As Christians, we believe that scripture has been passed to us from generation to generation to help us know God’s love and to find wisdom within it for our own lives. To do that, we are often called to put ourselves into the very stories we hear and read.
In our story today, we see the religious elite challenging Jesus once again. They view him as blight to the social order and say, “If Jesus was truly a religious sage, then he would know the kind of filth that surrounds him.” Then, as usual, we see Jesus turning their argument against itself. He counters by asking “If we are indeed godly leaders, then shouldn’t we be with those in need of leadership, like a shepherd that seeks out strays from their pin?”
At first, we may feel that our place within this narrative is alongside Jesus. We are to be like Christ and seek out the lost sheep. We are not called to be those overly pious Pharisees that want nothing to do with people in need of help. However, if we were to simply stop at this revelation, I would argue that we missed something from the larger narrative and as such, became the butt of our own joke.
It is too easy to see ourselves in the right, without pretense or shame. It is too easy to see another person’s problems and not our own. And as a shepherd to lost sheep, it is too easy to treat a person in need as “the other” or “lesser than you.” Sadly, when this happens, (and it does happen) the Church becomes nothing more than the caricatured religious institution we hear about in mainstream culture, rather than, the spiritual compass that leads others to an authentic relationship with God.
So if the lesson we are to learn is not simply to see ourselves as Christ within the gospel, where is it that we find the truth? I find that we are not simply called to place ourselves in the role of Christ or the shepherd of lost sheep. I believe that with any situation, we are first called to be our authentic selves and then put that person into the narrative. The story, then, is not only about Christ. It is much broader. The story is about the people of God and human nature.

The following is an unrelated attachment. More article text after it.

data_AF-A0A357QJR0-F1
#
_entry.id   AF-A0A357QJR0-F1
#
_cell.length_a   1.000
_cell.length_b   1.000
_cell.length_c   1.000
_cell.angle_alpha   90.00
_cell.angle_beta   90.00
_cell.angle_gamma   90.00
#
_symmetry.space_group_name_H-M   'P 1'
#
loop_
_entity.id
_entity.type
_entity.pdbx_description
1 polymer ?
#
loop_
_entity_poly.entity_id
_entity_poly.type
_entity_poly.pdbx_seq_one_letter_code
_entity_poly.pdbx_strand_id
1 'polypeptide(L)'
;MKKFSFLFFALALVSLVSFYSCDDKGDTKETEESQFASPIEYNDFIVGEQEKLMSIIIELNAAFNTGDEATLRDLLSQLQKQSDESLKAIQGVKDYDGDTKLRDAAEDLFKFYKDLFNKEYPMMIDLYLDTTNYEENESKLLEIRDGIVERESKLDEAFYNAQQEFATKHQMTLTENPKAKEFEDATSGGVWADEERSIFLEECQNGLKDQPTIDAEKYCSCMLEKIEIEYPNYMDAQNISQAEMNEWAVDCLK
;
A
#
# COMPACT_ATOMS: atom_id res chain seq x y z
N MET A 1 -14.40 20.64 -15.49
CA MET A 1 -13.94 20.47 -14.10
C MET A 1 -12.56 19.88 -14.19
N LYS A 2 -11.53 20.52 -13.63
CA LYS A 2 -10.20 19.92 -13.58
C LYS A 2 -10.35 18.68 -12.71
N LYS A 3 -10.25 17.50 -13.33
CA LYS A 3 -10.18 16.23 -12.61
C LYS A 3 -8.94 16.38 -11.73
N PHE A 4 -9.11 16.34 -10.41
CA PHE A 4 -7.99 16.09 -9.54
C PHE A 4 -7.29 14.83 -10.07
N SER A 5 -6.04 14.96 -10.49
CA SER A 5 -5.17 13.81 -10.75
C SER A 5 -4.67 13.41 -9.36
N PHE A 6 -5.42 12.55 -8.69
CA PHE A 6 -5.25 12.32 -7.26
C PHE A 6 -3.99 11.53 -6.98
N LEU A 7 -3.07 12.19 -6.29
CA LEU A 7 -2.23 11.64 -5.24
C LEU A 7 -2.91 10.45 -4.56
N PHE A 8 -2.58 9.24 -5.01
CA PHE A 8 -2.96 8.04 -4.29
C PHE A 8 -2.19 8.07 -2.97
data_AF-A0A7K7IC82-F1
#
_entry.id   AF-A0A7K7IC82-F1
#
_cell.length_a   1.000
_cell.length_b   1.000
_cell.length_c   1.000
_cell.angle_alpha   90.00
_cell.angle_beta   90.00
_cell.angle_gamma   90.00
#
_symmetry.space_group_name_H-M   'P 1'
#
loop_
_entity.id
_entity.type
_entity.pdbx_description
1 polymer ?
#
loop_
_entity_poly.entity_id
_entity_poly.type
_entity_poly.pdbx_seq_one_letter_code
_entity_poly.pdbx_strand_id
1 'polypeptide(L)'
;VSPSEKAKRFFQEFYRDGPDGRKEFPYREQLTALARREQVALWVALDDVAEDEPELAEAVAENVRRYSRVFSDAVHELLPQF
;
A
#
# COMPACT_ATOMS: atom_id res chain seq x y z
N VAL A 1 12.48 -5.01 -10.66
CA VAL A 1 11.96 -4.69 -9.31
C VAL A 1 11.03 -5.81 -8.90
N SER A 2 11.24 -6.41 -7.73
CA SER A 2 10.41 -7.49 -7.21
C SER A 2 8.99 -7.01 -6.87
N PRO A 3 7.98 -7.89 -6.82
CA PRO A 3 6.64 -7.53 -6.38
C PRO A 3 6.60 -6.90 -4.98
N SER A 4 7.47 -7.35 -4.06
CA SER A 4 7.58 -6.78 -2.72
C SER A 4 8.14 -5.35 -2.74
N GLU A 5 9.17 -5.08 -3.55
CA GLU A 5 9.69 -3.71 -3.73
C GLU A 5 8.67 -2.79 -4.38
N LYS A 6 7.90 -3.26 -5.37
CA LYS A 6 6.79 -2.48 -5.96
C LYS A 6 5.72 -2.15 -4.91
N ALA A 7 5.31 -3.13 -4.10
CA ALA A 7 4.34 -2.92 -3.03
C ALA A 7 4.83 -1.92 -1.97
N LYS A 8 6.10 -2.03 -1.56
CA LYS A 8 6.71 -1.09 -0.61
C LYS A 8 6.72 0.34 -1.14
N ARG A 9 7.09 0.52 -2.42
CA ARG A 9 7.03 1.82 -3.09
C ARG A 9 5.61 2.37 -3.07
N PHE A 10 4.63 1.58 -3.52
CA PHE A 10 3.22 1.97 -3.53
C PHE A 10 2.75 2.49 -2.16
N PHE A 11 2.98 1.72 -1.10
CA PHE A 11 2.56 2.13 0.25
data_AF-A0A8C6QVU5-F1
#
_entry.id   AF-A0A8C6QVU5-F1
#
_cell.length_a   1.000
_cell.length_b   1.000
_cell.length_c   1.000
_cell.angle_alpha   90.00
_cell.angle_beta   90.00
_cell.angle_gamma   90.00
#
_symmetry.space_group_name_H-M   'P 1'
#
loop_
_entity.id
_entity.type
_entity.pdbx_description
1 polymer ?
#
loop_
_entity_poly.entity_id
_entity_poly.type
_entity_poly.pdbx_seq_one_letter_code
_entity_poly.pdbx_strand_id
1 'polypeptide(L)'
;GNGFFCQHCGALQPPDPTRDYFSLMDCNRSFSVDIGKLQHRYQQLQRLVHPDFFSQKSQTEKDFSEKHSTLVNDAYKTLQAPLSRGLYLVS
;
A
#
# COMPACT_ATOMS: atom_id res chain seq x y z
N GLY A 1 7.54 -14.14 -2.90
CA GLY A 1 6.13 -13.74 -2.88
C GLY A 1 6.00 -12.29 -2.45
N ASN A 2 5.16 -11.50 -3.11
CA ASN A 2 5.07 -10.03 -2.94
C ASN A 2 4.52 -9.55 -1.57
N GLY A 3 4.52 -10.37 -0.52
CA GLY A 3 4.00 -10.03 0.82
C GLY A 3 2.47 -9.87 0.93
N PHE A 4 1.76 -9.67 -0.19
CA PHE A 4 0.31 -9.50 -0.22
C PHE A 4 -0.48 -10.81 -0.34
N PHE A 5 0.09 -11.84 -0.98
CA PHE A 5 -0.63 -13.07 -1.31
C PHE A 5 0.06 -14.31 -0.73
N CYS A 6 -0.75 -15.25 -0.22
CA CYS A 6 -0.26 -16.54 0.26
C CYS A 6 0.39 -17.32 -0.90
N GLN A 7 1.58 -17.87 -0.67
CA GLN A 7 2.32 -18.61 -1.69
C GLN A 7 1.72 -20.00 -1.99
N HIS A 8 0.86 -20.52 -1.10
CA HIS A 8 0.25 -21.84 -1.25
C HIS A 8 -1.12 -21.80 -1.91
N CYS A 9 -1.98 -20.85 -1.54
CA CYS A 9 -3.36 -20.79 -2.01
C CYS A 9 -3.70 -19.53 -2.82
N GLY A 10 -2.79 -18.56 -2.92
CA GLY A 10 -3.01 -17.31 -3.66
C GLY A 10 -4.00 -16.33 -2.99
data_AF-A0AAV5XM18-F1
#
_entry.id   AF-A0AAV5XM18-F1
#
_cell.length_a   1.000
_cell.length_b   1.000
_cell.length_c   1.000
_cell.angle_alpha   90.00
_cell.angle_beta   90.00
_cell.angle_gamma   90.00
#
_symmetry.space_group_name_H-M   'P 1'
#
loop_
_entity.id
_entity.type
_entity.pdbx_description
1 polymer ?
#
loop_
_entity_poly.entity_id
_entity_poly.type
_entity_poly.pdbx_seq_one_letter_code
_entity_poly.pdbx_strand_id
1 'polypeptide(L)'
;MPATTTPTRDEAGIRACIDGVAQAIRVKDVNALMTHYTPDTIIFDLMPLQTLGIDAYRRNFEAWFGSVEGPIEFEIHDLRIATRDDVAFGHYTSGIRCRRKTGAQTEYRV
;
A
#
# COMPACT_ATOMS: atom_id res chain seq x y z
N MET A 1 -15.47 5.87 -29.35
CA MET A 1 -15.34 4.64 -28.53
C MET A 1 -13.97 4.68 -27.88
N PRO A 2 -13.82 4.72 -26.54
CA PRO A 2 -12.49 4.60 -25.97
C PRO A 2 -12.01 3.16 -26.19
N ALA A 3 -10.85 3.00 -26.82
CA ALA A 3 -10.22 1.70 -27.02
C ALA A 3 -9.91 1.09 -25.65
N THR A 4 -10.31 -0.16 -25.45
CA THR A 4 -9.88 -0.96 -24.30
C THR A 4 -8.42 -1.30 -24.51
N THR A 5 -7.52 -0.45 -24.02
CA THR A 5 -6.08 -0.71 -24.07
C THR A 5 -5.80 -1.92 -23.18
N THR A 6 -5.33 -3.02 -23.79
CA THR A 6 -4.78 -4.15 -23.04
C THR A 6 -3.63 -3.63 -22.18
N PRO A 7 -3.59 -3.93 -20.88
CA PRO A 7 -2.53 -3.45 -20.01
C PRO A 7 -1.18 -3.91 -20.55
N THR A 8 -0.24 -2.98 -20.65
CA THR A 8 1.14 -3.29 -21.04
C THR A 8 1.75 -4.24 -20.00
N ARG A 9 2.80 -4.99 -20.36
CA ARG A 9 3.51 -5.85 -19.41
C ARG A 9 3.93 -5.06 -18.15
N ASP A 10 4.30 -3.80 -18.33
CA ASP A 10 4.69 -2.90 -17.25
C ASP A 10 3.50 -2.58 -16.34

And putting ourselves into the story, we find that we are the Pharisee and the scribe. We are the shepherds sent to find lost sheep. We are the lost in search of a shepherd to lead us and care for us in our loneliness and our suffering. We are everyone in this gospel story, because each role represents truthful aspects of human nature, our thoughts and practices, and how we present ourselves to one another. And this is true in most any church setting.
At any one time, we may be the Pharisee, the ideal as we present ourselves as the pious priest, the perfect husband or wife, the dutiful son or daughter, or the wealthy entrepreneur succeeding by his own brawn and merit. However, the image of our perfection is only skin deep. At the same time we may feel like the lost sheep, as we think about other aspects in our lives that aren’t going the way we intended, things that worry us or cause us to feel inadequate. We may have lost a job that we don’t want people to know about or the family seems to fight all the time. We try to match the things our friends have, but know we are spreading ourselves too thin. We are worried, because we aren’t as charitable with our treasures as we know we should.
Still, despite our inner struggles between how we present ourselves in public and how we feel about ourselves in private, God also calls us to be the shepherd. And as a church community, we must have courage to take on this charge. Yet, I would argue, that in order to do so with greater integrity and to build up the health and strength of our church body, we must also find the courage to share our true selves with our community.
In order to build ourselves up, we are called to trust one another, not fear possible judgment. We are called to lean on each other, not put up a barrier of protection. Christ’s most powerful and transformative work came to those individuals who intimately trusted Him with their imperfections and fears.
I charge you to start trusting your community of faith with the same level of intimacy. Whether we want to admit it or not, we struggle with the same issues. We are far from perfect. But God gives us strength and we move forward.
Yet, if we are to truly be the Church, a spiritual beacon for others and not simply an institution, then we must move forward with greater authenticity to ourselves and each other and we must do it together.